Cognitive Dissonance (Why Oh Why Can't We Have a Better Press Corps?)
Global Development: Botswana

Why Oh Why Can't We Have a Better Press Corps? (Robin Toner/Social Security/New York Times Edition)

Ummm... Robin... Robin Toner's lead should have been: "Vice President Cheney tries to blow up Treasury Secretary Paulson's attempts to patch together a legislative deal on Social Security." It wasn't.

Robin Toner writes that hopes for Social Security reform are "fragile," and that "few other issues so clearly highlight the limits of bipartisanship these days, the mistrust and ideological division just barely below the surface.... It is, in short, a polarized debate, and likely to become all the more so..."

To back this up, we have:

People of both parties looking for a bipartisan deal: Senators Conrad, Baucus, and Gregg; Representatives Rangel and McCrery; Treasury Secretary Paulson; Assistant Treasury Secretary Davis.

Democrats afraid that Bush's pledges to negotiate in good faith are false: Senators Conrad and Baucus; Representative Emmanuel.

Democrats declaring that compromise with Republicans is unwise and unnecessary: "Brad Woodhouse of Americans United for Change, a liberal labor-backed organization."

Republicans declaring that compromise with Democrats is unnecessary: Vice President Richard Cheney, and Grover Norquist.

The people Robin Toner finds who aren't looking for a deal in the middle are named Cheney, Norquist, and Woodhouse. I guess it's fair to call this "polarized": Brad Woodhouse's standing and influence in the Democratic Party are about equal to the sum of Richard Cheney's and Grover Norquist's standing and influence in the Republican Party, after all.

Why oh why can't we have a better press corps?

Here's the story:

Fragile Hopes for Bipartisan Rescue of Social Security - New York Times: Social Security... few other issues so clearly highlight the limits of bipartisanship... mistrust and ideological division.... [A]ny fix -- which would be likely to involve a politically risky mix of benefit reductions, tax hikes or other painful changes -- will require broad and deep bipartisan support.

"The American people have to sense on these types of issues that it'a absolutely bipartisan and that the agreement was reached in an absolutely fair way," said Senator Judd Gregg, Republican of New Hampshire, the senior Republican on the Budget Committee.... Efforts have been made: Treasury Secretary Henry M. Paulsen Jr. has talked to crucial lawmakers, including Representative Charles B. Rangel of New York, the chairman of the Ways and Means Committee, "encouraging everyone to bring all their ideas to the table, and hoping that some kind of consensus can emerge," as Michele Davis, the assistant Treasury secretary, puts it. Mr. Rangel said he had also been talking about the possibility of action on Social Security with the ranking Republican... Jim McCrery.... Gregg and Senator Kent Conrad... a bipartisan working group....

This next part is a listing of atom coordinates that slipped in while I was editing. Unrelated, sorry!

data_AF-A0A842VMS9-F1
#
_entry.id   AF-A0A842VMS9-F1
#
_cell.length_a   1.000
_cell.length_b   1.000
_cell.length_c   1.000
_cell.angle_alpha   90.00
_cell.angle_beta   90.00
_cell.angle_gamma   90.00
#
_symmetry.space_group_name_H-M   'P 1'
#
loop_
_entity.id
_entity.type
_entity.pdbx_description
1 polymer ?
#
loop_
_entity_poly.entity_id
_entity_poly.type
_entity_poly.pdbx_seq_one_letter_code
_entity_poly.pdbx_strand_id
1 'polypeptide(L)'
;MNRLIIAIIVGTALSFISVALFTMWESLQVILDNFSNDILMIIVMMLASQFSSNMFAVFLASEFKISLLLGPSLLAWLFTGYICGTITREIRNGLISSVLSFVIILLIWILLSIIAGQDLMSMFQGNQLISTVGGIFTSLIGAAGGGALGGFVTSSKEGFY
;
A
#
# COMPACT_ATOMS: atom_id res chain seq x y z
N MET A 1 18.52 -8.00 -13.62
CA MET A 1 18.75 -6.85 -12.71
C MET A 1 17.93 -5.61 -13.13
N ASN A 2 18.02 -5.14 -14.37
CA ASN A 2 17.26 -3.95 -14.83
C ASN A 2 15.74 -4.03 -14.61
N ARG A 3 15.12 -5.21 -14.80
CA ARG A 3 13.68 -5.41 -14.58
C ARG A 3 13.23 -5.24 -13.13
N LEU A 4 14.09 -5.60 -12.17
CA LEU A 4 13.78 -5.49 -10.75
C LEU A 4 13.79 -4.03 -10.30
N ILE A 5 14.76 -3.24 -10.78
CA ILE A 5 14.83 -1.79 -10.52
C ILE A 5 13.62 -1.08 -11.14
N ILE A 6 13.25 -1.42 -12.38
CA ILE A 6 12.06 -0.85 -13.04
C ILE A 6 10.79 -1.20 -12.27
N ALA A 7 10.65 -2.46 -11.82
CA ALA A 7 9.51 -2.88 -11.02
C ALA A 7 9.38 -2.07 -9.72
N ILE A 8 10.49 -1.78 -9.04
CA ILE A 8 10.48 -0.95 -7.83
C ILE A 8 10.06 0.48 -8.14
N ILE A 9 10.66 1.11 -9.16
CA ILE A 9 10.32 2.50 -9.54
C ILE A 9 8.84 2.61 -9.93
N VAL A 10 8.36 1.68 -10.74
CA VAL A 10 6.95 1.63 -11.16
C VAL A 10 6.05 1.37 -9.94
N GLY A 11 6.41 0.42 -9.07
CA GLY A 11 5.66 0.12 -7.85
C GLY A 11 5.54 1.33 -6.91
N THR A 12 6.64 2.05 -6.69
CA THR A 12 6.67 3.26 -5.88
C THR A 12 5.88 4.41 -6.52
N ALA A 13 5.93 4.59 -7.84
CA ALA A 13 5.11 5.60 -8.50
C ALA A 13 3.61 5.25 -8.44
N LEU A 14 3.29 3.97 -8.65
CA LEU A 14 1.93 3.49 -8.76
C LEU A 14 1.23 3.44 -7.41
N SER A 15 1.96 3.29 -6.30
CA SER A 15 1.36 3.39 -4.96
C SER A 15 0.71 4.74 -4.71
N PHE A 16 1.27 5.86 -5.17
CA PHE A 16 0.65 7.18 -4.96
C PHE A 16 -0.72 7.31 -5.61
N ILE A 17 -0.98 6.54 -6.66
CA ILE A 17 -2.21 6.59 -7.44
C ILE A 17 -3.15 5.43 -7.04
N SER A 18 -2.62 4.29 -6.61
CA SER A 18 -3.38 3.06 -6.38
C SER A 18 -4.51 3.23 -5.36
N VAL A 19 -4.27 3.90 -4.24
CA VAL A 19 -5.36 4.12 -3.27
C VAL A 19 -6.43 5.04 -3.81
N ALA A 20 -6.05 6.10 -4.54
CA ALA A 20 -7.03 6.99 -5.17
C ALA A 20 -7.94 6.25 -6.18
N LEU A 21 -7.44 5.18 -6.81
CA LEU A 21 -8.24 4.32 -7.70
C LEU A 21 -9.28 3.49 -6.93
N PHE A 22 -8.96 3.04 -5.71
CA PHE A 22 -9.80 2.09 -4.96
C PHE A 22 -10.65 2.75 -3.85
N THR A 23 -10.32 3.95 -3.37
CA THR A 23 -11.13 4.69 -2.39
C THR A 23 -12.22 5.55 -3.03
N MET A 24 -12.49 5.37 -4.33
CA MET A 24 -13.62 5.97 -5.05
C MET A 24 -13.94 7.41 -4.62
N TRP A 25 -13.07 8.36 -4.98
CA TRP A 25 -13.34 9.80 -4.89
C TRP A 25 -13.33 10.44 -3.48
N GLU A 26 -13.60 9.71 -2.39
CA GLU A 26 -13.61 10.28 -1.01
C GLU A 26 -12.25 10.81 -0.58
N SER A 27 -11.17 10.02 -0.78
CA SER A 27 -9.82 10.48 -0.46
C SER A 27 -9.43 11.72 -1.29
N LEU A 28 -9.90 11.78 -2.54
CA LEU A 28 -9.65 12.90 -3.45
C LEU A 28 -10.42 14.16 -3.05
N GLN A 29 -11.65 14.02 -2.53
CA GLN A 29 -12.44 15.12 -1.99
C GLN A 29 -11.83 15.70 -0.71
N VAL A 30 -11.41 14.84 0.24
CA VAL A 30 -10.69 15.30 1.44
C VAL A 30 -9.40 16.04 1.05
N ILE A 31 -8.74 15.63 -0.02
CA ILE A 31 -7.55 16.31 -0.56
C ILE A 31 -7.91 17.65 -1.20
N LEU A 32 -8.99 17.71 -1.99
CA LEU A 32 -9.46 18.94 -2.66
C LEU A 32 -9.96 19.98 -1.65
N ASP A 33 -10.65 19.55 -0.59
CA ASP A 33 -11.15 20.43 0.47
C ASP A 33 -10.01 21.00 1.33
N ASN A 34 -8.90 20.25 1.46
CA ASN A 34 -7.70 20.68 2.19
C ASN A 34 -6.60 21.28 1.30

But... Vice President Dick Cheney... said Mr. Paulsen's openness to all ideas did not indicate that the administration was open to any increase in the payroll tax.... "[N]othing's changed," Mr. Cheney said.... Conrad said that after those comments, his effort to move forward with his working group “is on life support.... People have interpreted that to mean that the administration is not willing to alter their position one iota.”... Rahm Emanuel... said that... it was all the more important “not to take away the one solid cornerstone of their retirement.” He added, “It’s not good politics and it’s not good economics.”

Senator Max Baucus of Montana... said... “I’m more than open, if the president is truly willing to look at all options.”...

[A] polarized debate, and likely to become all the more so.... [A]dvocacy groups are watching.... Grover Norquist... making a pre-emptive case against any payroll tax increase, although he had been assured by the president in December that he would hold the line.... “There is no reason for us, as a campaign working on this issue, and there’s no reason for the Democrats to compromise with this president on the most sacrosanct program to progressives after he lost the privatization debate and lost the election,” said Brad Woodhouse of Americans United for Change, a liberal labor-backed organization.

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